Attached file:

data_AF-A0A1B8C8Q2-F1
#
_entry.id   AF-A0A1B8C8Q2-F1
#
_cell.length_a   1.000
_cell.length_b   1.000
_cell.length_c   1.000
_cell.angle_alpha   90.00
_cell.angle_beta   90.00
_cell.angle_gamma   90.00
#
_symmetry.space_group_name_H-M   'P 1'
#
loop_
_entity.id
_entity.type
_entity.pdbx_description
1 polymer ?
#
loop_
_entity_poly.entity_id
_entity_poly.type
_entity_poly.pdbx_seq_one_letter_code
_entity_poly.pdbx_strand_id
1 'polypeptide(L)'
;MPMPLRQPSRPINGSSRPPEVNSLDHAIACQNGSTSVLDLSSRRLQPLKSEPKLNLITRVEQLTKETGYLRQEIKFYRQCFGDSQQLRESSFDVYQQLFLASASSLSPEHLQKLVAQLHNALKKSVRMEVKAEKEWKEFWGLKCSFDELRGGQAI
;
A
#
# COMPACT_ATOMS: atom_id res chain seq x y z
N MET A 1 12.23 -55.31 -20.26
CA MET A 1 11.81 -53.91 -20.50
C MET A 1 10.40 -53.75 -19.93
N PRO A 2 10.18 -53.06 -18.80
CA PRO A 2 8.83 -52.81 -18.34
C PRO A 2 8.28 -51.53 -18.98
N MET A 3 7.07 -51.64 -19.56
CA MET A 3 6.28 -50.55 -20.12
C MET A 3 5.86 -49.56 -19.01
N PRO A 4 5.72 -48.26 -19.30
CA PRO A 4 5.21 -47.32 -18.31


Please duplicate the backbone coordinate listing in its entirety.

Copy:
data_AF-A0A1B8C8Q2-F1
#
_entry.id   AF-A0A1B8C8Q2-F1
#
_cell.length_a   1.000
_cell.length_b   1.000
_cell.length_c   1.000
_cell.angle_alpha   90.00
_cell.angle_beta   90.00
_cell.angle_gamma   90.00
#
_symmetry.space_group_name_H-M   'P 1'
#
loop_
_entity.id
_entity.type
_entity.pdbx_description
1 polymer ?
#
loop_
_entity_poly.entity_id
_entity_poly.type
_entity_poly.pdbx_seq_one_letter_code
_entity_poly.pdbx_strand_id
1 'polypeptide(L)'
;MPMPLRQPSRPINGSSRPPEVNSLDHAIACQNGSTSVLDLSSRRLQPLKSEPKLNLITRVEQLTKETGYLRQEIKFYRQCFGDSQQLRESSFDVYQQLFLASASSLSPEHLQKLVAQLHNALKKSVRMEVKAEKEWKEFWGLKCSFDELRGGQAI
;
A
#
# COMPACT_ATOMS: atom_id res chain seq x y z
N MET A 1 12.23 -55.31 -20.26
CA MET A 1 11.81 -53.91 -20.50
C MET A 1 10.40 -53.75 -19.93
N PRO A 2 10.18 -53.06 -18.80
CA PRO A 2 8.83 -52.81 -18.34
C PRO A 2 8.28 -51.53 -18.98
N MET A 3 7.07 -51.64 -19.56
CA MET A 3 6.28 -50.55 -20.12
C MET A 3 5.86 -49.56 -19.01
N PRO A 4 5.72 -48.26 -19.30
CA PRO A 4 5.21 -47.32 -18.31